Renting or Owning: What Should You Consider?
What are the differences between a tenant and a landlord? Besides financial considerations, there are many other factors that can influence your decision.
Is it better to be a tenant or a landlord? There are no right or wrong answers to this question! The advantages and disadvantages of both situations will vary depending on your lifestyle. Besides financial considerations, there are many other factors that can influence your decision, so read on to help you make the right decision for your lifestyle.
1. What are the advantages of renting?
Freedom is at the top of the benefits of renting: this is an important factor to consider if you like to travel with peace of mind!
- Moreover, renters’ responsibilities are generally less important:
- Financial expenses are lower since there is no mortgage to pay
- Rent is generally lower than the cost of an apartment
- The owner of the building is responsible for major repairs
- Rising real estate prices have little effect on rental costs
However, as a tenant, you will have difficulty carrying out renovations in your apartment unless you have previously obtained the landlord’s consent. In addition, the landlord is free to repossess the unit at the end of the lease or to increase the rent, which could result in an unscheduled relocation.
2. What are the principal differences involved in becoming a homeowner?
By becoming a homeowner, you will no longer have to pay a monthly rent: a source of great comfort for many buyers. However, by acquiring a property that is entirely your own, you will have to pay off a mortgage loan.
Unlike paying rent, you will be able to
adjust your monthly payments according to your financial situation and your
In addition, the purchase of a property will allow you to benefit from stability, without being exposed to the uncertainties of a landlord’s decisions. You will also own an asset that has the potential to contribute to your financial wealth.
3. What are the responsibilities of a landlord?
When you buy your first home, the expression “Home Sweet Home” will no doubt take on a new meaning! However, this change of circumstances will most certainly bring with it a number of new responsibilities, such as
- The evaluation of your borrowing capacity
- Saving for the down payment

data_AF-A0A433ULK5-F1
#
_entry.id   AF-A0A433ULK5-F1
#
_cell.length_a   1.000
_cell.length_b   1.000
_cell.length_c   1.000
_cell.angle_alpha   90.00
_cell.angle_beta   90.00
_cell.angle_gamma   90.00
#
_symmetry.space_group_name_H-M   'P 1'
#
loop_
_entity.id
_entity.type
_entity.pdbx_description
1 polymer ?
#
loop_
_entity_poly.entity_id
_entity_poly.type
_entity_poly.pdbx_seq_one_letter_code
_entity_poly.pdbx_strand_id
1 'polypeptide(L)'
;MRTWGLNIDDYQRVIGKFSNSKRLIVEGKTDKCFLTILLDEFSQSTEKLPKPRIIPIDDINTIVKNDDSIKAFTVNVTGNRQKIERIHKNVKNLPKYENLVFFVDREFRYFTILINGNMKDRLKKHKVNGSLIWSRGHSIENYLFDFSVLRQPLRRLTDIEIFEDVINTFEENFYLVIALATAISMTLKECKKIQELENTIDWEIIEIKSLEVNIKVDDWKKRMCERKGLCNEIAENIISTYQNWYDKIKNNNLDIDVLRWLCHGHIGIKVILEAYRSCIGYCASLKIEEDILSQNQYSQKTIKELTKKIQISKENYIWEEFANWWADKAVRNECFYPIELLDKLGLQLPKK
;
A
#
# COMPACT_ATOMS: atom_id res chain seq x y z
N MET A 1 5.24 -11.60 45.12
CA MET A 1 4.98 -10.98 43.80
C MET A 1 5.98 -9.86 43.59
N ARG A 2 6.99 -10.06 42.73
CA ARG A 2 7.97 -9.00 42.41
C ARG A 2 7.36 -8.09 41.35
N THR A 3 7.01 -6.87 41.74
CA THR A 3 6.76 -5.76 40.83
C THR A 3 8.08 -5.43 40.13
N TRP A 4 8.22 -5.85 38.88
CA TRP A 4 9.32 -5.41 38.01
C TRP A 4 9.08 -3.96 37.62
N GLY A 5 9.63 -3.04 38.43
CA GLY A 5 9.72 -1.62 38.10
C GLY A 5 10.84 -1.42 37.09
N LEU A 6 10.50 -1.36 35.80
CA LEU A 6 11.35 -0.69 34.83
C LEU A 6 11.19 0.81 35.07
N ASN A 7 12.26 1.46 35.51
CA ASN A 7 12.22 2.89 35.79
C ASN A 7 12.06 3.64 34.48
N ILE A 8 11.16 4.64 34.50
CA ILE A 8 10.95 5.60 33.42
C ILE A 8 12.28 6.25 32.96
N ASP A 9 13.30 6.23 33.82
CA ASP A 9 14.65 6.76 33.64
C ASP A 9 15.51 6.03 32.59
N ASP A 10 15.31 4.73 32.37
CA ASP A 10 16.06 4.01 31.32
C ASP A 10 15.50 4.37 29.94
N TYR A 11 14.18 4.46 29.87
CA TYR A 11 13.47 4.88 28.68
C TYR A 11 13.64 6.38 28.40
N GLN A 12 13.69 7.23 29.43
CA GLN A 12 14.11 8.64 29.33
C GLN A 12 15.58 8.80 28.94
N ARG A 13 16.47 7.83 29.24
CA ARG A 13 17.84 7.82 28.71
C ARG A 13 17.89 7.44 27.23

- Paying off the loan and mortgage interest
- Payment of mortgage loan insurance (CMHC)
- Payment of certain taxes (welcome tax, property tax and school tax)
What do all these elements have in common? Risk tolerance. You can’t predict whether interest rates will increase your mortgage payments or whether tax changes will affect your personal situation. To evaluate the best choice for your lifestyle, don’t hesitate to consult your financial advisor and a mortgage broker.
4. Other costs to consider when becoming a homeowner
In addition to mortgage payments, there are additional expenses associated with the purchase of a property, including
- Pre-purchase inspection fees
- Notary fees
- Condominium fees (only in some cases)
- Maintenance costs (landscaping, windows, roof, water heater, etc.)
- Generally higher energy costs
- Renovation costs (kitchen, bathroom, flooring, etc.)
In addition, the city or neighbourhood in
which your property is located can have a major impact on its purchase price
and value. For more information on this subject, consult the article How to Choose Your Future Neighbourhood.
Finally, contrary to what many buyers might think, considering your home an investment is not necessarily a sound choice from a financial standpoint. Keep in mind that your housing costs should not exceed 30% of your gross household income. All in all, take the time to evaluate your needs and your lifestyle to determine whether it is more advantageous for you to rent or to own.See also: